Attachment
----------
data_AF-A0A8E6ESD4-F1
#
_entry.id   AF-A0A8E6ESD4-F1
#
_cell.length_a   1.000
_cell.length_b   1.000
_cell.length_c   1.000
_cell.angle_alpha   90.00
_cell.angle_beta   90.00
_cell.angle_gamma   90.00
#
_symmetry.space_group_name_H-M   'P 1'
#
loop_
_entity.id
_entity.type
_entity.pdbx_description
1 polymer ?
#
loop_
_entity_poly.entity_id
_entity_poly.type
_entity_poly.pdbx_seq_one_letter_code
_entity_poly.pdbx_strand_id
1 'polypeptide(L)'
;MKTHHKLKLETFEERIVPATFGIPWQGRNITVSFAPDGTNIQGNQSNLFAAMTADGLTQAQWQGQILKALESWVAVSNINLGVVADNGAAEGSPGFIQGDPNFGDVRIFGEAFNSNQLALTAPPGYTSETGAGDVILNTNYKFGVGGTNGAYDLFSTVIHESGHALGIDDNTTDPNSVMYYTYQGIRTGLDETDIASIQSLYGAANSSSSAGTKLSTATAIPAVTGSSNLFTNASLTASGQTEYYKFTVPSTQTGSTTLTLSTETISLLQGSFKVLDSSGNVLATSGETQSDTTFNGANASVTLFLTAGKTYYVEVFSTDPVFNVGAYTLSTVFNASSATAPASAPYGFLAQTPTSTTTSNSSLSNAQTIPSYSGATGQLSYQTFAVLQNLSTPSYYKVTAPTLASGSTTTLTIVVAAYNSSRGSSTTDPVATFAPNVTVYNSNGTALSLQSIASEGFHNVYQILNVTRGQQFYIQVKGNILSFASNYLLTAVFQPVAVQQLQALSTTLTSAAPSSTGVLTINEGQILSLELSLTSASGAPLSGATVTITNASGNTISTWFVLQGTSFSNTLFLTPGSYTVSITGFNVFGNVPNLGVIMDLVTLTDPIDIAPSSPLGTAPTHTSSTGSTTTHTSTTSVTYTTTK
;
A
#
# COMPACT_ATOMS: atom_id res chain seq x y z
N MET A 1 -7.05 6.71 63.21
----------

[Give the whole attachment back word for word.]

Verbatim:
data_AF-A0A8E6ESD4-F1
#
_entry.id   AF-A0A8E6ESD4-F1
#
_cell.length_a   1.000
_cell.length_b   1.000
_cell.length_c   1.000
_cell.angle_alpha   90.00
_cell.angle_beta   90.00
_cell.angle_gamma   90.00
#
_symmetry.space_group_name_H-M   'P 1'
#
loop_
_entity.id
_entity.type
_entity.pdbx_description
1 polymer ?
#
loop_
_entity_poly.entity_id
_entity_poly.type
_entity_poly.pdbx_seq_one_letter_code
_entity_poly.pdbx_strand_id
1 'polypeptide(L)'
;MKTHHKLKLETFEERIVPATFGIPWQGRNITVSFAPDGTNIQGNQSNLFAAMTADGLTQAQWQGQILKALESWVAVSNINLGVVADNGAAEGSPGFIQGDPNFGDVRIFGEAFNSNQLALTAPPGYTSETGAGDVILNTNYKFGVGGTNGAYDLFSTVIHESGHALGIDDNTTDPNSVMYYTYQGIRTGLDETDIASIQSLYGAANSSSSAGTKLSTATAIPAVTGSSNLFTNASLTASGQTEYYKFTVPSTQTGSTTLTLSTETISLLQGSFKVLDSSGNVLATSGETQSDTTFNGANASVTLFLTAGKTYYVEVFSTDPVFNVGAYTLSTVFNASSATAPASAPYGFLAQTPTSTTTSNSSLSNAQTIPSYSGATGQLSYQTFAVLQNLSTPSYYKVTAPTLASGSTTTLTIVVAAYNSSRGSSTTDPVATFAPNVTVYNSNGTALSLQSIASEGFHNVYQILNVTRGQQFYIQVKGNILSFASNYLLTAVFQPVAVQQLQALSTTLTSAAPSSTGVLTINEGQILSLELSLTSASGAPLSGATVTITNASGNTISTWFVLQGTSFSNTLFLTPGSYTVSITGFNVFGNVPNLGVIMDLVTLTDPIDIAPSSPLGTAPTHTSSTGSTTTHTSTTSVTYTTTK
;
A
#
# COMPACT_ATOMS: atom_id res chain seq x y z
N MET A 1 -7.05 6.71 63.21